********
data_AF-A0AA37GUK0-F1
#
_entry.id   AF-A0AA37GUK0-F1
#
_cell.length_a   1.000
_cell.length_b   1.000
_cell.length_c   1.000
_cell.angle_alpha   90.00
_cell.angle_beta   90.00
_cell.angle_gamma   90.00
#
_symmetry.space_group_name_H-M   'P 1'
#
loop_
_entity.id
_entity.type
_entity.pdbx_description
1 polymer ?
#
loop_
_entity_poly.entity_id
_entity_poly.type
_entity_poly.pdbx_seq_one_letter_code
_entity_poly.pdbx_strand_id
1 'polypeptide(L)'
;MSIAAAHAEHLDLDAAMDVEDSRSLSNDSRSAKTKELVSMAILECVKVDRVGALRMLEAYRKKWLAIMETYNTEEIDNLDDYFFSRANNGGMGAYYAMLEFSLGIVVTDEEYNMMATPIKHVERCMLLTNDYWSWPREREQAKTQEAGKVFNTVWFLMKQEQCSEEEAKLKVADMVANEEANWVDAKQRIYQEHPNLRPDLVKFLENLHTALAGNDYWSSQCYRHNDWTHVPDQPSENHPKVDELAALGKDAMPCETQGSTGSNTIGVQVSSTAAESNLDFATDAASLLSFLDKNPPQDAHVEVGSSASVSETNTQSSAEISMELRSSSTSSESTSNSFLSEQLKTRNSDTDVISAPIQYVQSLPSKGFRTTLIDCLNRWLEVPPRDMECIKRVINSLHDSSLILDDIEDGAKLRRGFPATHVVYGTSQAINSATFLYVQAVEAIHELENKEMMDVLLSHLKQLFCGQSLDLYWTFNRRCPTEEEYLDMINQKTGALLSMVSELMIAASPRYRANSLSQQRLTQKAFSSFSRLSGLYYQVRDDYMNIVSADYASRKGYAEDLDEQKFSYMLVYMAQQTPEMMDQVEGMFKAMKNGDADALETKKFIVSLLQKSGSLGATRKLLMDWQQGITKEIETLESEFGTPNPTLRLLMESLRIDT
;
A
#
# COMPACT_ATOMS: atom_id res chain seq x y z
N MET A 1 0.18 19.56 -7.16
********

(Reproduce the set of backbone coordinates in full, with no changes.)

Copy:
data_AF-A0AA37GUK0-F1
#
_entry.id   AF-A0AA37GUK0-F1
#
_cell.length_a   1.000
_cell.length_b   1.000
_cell.length_c   1.000
_cell.angle_alpha   90.00
_cell.angle_beta   90.00
_cell.angle_gamma   90.00
#
_symmetry.space_group_name_H-M   'P 1'
#
loop_
_entity.id
_entity.type
_entity.pdbx_description
1 polymer ?
#
loop_
_entity_poly.entity_id
_entity_poly.type
_entity_poly.pdbx_seq_one_letter_code
_entity_poly.pdbx_strand_id
1 'polypeptide(L)'
;MSIAAAHAEHLDLDAAMDVEDSRSLSNDSRSAKTKELVSMAILECVKVDRVGALRMLEAYRKKWLAIMETYNTEEIDNLDDYFFSRANNGGMGAYYAMLEFSLGIVVTDEEYNMMATPIKHVERCMLLTNDYWSWPREREQAKTQEAGKVFNTVWFLMKQEQCSEEEAKLKVADMVANEEANWVDAKQRIYQEHPNLRPDLVKFLENLHTALAGNDYWSSQCYRHNDWTHVPDQPSENHPKVDELAALGKDAMPCETQGSTGSNTIGVQVSSTAAESNLDFATDAASLLSFLDKNPPQDAHVEVGSSASVSETNTQSSAEISMELRSSSTSSESTSNSFLSEQLKTRNSDTDVISAPIQYVQSLPSKGFRTTLIDCLNRWLEVPPRDMECIKRVINSLHDSSLILDDIEDGAKLRRGFPATHVVYGTSQAINSATFLYVQAVEAIHELENKEMMDVLLSHLKQLFCGQSLDLYWTFNRRCPTEEEYLDMINQKTGALLSMVSELMIAASPRYRANSLSQQRLTQKAFSSFSRLSGLYYQVRDDYMNIVSADYASRKGYAEDLDEQKFSYMLVYMAQQTPEMMDQVEGMFKAMKNGDADALETKKFIVSLLQKSGSLGATRKLLMDWQQGITKEIETLESEFGTPNPTLRLLMESLRIDT
;
A
#
# COMPACT_ATOMS: atom_id res chain seq x y z
N MET A 1 0.18 19.56 -7.16